New Commercial Hub introduces a more efficient disputes system in Northern Ireland
The rules surrounding commercial disputes in Northern Ireland (NI) are going through a period of significant change. This principally involves the creation of a specialist court with new case management rules aimed at resolving cases more quickly and cost-effectively, as well as improving commercial clients’ general experience of the litigation process.
NI is a comparatively small jurisdiction and yet that has not always been reflected in the efficiency of the court system, with many cases tending to move more slowly than they objectively ought to.
This was, for the most part, due to a combination of parties conducting cases to their own timelines, as well as a court that was generally amenable to allowing further time for compliance with deadlines, resulting in a culture of inefficiency and delay, with increased costs to clients.
With commercial cases, this inefficiency was evident through the drawn out and expensive process of periodic review hearings (akin to case management conferences in England and Wales), with some cases being reviewed more than twenty times.
Due to such inefficiencies, during the course of civil justice reforms in the rest of the UK in 2017, Lord Justice Gillen (who at the time was one of the Lords Justices of Appeal in NI) led a review of Civil and Family Justice in Northern Ireland with the expressed hope:
….not only to create a situation that chimes with the timescales and efficiencies that are emerging in England and Wales … but to create a scenario in which Northern Ireland, with all the advantages of a small jurisdiction and fewer cases, is at the leading edge of timely, efficient and cost-saving disposal of business cases that will attract the confidence of the business community.
Implementing the recommendations of this review has proven difficult in the absence of a devolved government. However, a new Practice Direction (which introduces many of Lord Justice Gillen’s suggestions for the commercial division) now places the onus on the courts and the participants to improve the efficiency of the system through a strict approach to case management.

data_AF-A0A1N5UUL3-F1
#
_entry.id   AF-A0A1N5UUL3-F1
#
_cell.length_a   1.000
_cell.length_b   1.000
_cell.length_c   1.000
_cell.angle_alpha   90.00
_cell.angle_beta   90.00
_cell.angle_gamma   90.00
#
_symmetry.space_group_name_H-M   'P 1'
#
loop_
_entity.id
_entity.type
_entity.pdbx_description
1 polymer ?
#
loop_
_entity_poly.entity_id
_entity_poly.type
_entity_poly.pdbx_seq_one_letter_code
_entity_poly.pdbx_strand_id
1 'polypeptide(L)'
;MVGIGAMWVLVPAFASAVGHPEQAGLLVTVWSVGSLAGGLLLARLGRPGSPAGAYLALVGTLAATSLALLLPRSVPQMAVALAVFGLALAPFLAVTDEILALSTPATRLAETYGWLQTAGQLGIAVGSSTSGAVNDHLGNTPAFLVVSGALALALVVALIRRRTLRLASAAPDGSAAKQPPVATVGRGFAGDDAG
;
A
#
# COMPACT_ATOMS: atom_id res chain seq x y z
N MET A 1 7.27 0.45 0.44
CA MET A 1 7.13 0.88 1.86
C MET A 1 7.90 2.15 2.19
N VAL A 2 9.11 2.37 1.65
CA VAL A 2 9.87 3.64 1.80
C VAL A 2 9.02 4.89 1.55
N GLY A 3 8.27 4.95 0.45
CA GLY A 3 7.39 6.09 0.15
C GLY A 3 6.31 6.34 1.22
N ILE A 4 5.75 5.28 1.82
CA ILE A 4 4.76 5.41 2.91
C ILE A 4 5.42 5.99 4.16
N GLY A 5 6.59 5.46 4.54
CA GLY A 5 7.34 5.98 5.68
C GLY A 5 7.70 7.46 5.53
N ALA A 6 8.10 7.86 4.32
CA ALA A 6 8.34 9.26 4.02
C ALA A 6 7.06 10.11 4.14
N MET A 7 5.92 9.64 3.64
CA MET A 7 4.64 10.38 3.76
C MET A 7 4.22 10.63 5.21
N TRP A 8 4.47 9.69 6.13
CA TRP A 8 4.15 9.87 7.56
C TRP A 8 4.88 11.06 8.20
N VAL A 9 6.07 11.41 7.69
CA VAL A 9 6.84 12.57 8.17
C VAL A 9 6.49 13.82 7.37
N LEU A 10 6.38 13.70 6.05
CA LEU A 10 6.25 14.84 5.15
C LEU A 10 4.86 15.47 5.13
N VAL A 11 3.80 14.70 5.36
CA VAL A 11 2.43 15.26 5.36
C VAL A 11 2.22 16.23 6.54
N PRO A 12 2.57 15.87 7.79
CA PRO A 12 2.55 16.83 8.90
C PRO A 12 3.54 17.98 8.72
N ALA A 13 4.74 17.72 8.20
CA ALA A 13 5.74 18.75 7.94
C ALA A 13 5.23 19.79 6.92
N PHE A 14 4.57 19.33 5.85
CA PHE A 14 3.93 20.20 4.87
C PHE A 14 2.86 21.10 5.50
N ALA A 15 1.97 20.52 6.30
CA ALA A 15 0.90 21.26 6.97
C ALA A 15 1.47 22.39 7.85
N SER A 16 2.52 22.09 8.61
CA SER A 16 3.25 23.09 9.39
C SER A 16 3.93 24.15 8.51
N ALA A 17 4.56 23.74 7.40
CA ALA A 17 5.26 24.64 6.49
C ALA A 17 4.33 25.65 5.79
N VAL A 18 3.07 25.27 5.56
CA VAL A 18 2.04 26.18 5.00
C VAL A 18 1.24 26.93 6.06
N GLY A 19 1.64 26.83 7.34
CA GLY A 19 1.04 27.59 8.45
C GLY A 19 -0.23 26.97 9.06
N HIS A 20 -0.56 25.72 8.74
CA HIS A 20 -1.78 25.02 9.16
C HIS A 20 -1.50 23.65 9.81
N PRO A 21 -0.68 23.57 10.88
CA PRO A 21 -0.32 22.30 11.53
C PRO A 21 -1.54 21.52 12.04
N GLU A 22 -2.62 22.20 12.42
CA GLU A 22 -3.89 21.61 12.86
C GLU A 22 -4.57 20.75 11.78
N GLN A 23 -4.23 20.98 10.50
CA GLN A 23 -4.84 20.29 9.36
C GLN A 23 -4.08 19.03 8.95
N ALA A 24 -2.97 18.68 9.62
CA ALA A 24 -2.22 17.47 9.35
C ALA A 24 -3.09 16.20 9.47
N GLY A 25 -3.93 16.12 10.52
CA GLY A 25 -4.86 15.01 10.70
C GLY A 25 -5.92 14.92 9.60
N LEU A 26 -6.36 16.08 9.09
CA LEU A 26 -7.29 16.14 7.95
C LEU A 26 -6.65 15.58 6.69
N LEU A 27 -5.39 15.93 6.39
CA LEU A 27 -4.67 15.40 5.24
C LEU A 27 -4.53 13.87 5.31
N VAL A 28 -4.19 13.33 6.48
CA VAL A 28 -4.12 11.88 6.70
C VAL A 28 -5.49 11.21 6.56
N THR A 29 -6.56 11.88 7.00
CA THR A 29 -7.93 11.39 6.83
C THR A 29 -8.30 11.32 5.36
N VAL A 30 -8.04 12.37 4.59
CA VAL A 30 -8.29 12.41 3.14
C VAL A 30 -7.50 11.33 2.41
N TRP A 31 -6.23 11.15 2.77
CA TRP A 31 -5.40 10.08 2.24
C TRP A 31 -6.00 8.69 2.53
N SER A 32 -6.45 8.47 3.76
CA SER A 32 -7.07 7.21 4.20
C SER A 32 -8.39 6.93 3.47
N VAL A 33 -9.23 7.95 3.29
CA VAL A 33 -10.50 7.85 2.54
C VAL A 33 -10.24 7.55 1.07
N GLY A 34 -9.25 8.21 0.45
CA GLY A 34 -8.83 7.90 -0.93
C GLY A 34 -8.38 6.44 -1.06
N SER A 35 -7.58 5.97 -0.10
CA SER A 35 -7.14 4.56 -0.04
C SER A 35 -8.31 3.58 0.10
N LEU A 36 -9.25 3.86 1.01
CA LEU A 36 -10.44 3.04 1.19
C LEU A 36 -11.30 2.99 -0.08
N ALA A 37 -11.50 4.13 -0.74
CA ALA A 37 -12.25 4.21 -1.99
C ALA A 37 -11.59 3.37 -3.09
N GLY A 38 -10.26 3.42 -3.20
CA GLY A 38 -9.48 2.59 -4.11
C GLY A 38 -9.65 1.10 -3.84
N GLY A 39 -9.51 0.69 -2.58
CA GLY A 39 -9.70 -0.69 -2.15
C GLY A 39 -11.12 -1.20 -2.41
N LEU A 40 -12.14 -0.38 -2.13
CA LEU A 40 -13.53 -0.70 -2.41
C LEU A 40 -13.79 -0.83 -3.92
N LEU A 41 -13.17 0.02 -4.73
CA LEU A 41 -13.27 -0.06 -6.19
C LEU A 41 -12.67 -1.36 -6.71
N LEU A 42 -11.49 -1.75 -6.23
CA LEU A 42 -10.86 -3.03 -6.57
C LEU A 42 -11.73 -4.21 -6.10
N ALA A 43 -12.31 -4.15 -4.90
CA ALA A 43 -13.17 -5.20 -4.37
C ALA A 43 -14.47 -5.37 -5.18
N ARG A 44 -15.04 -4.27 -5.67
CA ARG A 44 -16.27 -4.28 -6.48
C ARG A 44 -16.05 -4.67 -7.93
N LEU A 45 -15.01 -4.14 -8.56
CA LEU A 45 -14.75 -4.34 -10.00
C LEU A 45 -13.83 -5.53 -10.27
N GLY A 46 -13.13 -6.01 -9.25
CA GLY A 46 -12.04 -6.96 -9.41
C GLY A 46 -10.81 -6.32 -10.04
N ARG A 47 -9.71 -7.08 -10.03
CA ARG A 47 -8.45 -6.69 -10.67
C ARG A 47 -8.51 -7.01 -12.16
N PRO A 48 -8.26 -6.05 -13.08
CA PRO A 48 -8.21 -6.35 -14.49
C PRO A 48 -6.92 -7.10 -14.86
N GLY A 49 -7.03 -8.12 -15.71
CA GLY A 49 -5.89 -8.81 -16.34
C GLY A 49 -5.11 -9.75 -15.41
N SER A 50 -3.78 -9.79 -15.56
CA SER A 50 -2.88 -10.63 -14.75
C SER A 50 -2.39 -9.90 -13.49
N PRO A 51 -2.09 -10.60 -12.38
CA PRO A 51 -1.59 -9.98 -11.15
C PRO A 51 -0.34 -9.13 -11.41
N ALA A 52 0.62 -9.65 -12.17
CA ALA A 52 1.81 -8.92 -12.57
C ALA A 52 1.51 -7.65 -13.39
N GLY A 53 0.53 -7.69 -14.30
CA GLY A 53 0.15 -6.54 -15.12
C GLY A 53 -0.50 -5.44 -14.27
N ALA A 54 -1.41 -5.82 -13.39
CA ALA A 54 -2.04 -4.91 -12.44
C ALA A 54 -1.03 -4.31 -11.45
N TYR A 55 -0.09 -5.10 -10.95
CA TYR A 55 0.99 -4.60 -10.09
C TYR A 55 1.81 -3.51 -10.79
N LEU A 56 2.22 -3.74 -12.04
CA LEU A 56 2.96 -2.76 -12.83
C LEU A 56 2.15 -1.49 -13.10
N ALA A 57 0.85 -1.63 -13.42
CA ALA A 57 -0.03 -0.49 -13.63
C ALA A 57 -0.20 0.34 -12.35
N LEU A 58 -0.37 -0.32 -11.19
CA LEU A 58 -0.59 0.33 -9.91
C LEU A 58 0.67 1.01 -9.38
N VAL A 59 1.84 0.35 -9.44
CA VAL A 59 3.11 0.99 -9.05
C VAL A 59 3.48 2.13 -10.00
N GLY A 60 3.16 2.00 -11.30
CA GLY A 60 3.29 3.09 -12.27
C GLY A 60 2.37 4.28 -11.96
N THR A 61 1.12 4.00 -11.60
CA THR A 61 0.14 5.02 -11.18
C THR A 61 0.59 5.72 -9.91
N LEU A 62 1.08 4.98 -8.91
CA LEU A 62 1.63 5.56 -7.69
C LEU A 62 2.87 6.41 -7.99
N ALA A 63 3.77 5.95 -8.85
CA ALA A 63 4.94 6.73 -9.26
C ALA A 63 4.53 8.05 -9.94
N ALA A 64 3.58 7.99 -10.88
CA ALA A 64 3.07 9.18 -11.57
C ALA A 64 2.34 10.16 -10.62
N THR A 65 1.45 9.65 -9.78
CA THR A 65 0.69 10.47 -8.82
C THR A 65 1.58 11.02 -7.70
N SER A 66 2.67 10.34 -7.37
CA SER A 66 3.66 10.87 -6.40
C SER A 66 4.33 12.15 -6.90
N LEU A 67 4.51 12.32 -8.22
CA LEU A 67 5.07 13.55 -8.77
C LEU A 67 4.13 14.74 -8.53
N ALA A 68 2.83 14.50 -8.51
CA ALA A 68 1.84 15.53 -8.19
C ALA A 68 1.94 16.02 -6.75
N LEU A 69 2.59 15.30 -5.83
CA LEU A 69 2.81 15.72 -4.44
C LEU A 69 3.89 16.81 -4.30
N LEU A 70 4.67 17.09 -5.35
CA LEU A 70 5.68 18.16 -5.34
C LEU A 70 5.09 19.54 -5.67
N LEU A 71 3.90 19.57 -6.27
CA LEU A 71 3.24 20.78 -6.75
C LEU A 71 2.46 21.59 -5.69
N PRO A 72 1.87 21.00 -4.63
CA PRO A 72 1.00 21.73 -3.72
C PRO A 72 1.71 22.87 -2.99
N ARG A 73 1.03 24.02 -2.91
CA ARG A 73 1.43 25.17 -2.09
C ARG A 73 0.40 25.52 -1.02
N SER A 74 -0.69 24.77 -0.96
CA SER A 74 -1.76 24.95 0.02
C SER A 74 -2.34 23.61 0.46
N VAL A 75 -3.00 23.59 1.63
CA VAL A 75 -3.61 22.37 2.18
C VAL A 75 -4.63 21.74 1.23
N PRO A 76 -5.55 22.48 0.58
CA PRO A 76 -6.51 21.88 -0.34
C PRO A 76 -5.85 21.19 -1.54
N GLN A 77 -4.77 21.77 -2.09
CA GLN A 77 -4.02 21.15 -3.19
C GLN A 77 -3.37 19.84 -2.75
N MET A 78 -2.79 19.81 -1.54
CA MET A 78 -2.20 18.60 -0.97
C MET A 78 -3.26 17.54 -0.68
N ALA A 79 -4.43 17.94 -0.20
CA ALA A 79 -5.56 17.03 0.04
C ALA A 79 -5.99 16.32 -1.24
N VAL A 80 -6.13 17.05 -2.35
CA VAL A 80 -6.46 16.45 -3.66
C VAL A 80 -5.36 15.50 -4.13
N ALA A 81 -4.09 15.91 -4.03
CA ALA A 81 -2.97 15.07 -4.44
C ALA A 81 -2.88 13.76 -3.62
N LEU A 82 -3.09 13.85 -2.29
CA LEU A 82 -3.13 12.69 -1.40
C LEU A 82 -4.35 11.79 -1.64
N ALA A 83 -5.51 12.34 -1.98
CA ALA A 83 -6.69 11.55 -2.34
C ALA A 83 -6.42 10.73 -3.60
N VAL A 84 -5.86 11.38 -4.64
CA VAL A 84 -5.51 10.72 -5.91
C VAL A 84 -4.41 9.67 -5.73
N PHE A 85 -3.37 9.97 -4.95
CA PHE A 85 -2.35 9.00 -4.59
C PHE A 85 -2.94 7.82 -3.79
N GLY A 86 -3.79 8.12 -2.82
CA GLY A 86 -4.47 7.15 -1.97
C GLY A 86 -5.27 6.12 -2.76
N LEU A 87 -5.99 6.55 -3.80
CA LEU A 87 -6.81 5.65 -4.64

The new Practice Direction, which came into effect on 29 April 2019, applies to all litigated commercial claims, including professional negligence actions, and creates a specialist commercial court, known as the ‘Commercial Hub’ (‘the Hub’).
Cases that fall within the Hub’s jurisdiction are now subject to three key case management stages, during which the parties are directed on key steps including timescales. Should parties fail to adhere to the timescales as set by the court, then cases can be dismissed and cost penalties imposed. It is hoped that this will eradicate the current culture of non-compliance.
In addition, the current Commercial Judge has made it clear that parties must proactively approach the court to request an extension if they anticipate failure to comply with timescales. Any failure to do so could lead to cost orders or a case being struck out.
Case management – three key stages
Cost sanctions for non-compliance with court directions are a key part of the changes to commercial litigation in NI. Where parties do not fall into line, costs orders are a possibility and we expect the Commercial Judge to make examples of those who do not comply. Whilst an initial period of grace has been provided to allow time to adjust, this is unlikely to continue into the new court term in September. Satellite costs disputes between parties are therefore likely to increase.
Overall, these are welcome changes for those who do business in NI. Historically, cases moved slowly and court directions were often treated as suggestions rather than compulsory steps.
As the pace of litigation increases, participants will need to become more nimble and have the capacity to consider the requirements of the Hub. This means sufficient time must be invested at the outset of the case to quickly identify the pertinent issues, the relevant documentation, and the optimal strategy to resolve the case in accordance with the new regime. Early investment of time should save overall costs by ensuring that parties are able to comply, which should ultimately conclude cases more quickly and cost effectively.